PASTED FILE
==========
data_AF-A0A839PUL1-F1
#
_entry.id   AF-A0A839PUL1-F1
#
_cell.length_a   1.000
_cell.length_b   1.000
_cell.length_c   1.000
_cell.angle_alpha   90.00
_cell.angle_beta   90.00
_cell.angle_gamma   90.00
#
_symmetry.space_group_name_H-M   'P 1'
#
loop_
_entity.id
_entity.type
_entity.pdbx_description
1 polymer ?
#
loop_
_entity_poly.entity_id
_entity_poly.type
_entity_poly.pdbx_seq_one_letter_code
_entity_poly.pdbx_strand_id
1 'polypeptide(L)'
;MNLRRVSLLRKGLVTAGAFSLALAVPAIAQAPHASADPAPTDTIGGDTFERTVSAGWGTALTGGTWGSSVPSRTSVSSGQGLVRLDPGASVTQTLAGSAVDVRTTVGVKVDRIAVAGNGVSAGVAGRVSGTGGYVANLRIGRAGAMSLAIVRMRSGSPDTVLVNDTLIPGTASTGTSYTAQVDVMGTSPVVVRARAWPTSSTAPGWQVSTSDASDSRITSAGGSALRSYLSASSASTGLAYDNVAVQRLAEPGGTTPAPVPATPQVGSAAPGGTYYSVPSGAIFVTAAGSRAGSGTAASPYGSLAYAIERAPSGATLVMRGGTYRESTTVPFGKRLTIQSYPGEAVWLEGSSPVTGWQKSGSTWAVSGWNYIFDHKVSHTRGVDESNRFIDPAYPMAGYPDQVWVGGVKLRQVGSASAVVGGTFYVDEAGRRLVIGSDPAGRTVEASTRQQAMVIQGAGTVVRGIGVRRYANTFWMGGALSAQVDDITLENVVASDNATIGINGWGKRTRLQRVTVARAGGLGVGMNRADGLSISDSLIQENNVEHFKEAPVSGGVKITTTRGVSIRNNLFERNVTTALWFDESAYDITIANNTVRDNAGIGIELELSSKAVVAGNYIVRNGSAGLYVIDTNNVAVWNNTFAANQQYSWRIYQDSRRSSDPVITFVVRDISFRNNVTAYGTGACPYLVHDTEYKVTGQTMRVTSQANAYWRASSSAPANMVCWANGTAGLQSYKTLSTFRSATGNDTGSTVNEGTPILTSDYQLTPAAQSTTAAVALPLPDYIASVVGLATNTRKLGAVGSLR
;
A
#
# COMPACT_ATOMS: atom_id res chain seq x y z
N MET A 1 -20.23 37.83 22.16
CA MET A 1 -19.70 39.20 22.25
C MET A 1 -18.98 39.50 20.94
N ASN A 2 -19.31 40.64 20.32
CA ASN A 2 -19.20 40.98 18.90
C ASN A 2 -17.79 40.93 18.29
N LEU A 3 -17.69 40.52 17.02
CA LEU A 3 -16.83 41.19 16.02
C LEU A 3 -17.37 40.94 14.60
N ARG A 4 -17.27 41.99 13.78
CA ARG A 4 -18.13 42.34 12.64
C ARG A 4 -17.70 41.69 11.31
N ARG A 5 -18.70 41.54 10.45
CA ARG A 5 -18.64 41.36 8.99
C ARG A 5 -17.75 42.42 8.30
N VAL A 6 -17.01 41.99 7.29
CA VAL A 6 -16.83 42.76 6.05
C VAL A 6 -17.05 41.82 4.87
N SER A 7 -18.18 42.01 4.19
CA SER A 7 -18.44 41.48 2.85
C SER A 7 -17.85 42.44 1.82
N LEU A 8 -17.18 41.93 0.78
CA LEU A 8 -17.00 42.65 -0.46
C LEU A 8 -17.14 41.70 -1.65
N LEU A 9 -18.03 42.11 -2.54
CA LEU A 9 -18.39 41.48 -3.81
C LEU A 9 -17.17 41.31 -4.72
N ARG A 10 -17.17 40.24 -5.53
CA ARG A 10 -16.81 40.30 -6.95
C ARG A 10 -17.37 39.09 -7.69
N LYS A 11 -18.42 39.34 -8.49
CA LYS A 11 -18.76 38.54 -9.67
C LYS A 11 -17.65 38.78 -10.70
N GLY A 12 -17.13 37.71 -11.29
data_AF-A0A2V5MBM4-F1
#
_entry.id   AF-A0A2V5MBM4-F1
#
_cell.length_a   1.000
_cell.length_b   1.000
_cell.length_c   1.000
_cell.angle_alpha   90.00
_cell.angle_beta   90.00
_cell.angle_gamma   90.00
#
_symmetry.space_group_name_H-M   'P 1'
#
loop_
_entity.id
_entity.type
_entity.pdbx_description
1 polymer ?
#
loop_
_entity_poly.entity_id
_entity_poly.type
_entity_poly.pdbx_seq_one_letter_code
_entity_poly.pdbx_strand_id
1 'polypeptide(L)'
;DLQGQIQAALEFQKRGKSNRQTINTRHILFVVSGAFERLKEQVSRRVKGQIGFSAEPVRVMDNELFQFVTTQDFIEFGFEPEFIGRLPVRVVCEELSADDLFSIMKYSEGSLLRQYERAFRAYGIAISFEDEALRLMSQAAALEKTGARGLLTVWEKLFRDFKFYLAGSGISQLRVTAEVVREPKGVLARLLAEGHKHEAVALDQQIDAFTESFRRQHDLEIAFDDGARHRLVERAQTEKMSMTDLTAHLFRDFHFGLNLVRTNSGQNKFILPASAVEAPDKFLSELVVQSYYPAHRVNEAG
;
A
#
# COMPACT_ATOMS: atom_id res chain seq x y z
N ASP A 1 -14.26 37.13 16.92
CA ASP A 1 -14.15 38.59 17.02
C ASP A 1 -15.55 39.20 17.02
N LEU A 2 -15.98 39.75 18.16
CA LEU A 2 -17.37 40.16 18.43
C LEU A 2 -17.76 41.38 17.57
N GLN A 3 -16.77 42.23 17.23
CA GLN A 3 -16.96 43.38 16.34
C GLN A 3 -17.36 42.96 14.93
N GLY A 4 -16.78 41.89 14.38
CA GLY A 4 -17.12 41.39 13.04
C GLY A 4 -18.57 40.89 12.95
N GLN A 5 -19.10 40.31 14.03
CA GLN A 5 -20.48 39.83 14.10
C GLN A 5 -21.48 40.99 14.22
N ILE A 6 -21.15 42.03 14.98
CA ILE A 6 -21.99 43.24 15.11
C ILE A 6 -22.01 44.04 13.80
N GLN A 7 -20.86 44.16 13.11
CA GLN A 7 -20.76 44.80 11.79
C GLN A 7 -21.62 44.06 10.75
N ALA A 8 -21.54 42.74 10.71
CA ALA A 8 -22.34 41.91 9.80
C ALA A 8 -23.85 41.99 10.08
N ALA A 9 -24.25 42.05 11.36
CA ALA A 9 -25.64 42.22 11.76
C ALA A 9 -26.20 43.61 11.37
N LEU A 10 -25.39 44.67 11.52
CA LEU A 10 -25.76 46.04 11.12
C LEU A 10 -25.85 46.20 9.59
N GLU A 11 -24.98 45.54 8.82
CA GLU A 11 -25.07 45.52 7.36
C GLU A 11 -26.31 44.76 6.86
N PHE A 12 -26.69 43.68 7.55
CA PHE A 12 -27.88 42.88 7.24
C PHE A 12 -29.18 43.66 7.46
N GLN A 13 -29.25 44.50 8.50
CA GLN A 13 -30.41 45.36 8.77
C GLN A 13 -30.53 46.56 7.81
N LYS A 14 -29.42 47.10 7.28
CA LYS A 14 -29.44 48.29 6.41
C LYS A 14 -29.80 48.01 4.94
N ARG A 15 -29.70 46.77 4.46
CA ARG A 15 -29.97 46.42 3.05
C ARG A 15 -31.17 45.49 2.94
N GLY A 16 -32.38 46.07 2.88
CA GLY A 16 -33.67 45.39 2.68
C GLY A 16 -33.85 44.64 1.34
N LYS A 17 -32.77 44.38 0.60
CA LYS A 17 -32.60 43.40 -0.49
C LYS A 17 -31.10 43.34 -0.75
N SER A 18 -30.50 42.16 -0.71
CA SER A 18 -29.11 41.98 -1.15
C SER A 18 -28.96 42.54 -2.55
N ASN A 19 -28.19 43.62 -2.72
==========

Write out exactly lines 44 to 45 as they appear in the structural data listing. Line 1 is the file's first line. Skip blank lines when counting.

CA ARG A 5 -18.64 41.36 8.99
C ARG A 5 -17.75 42.42 8.30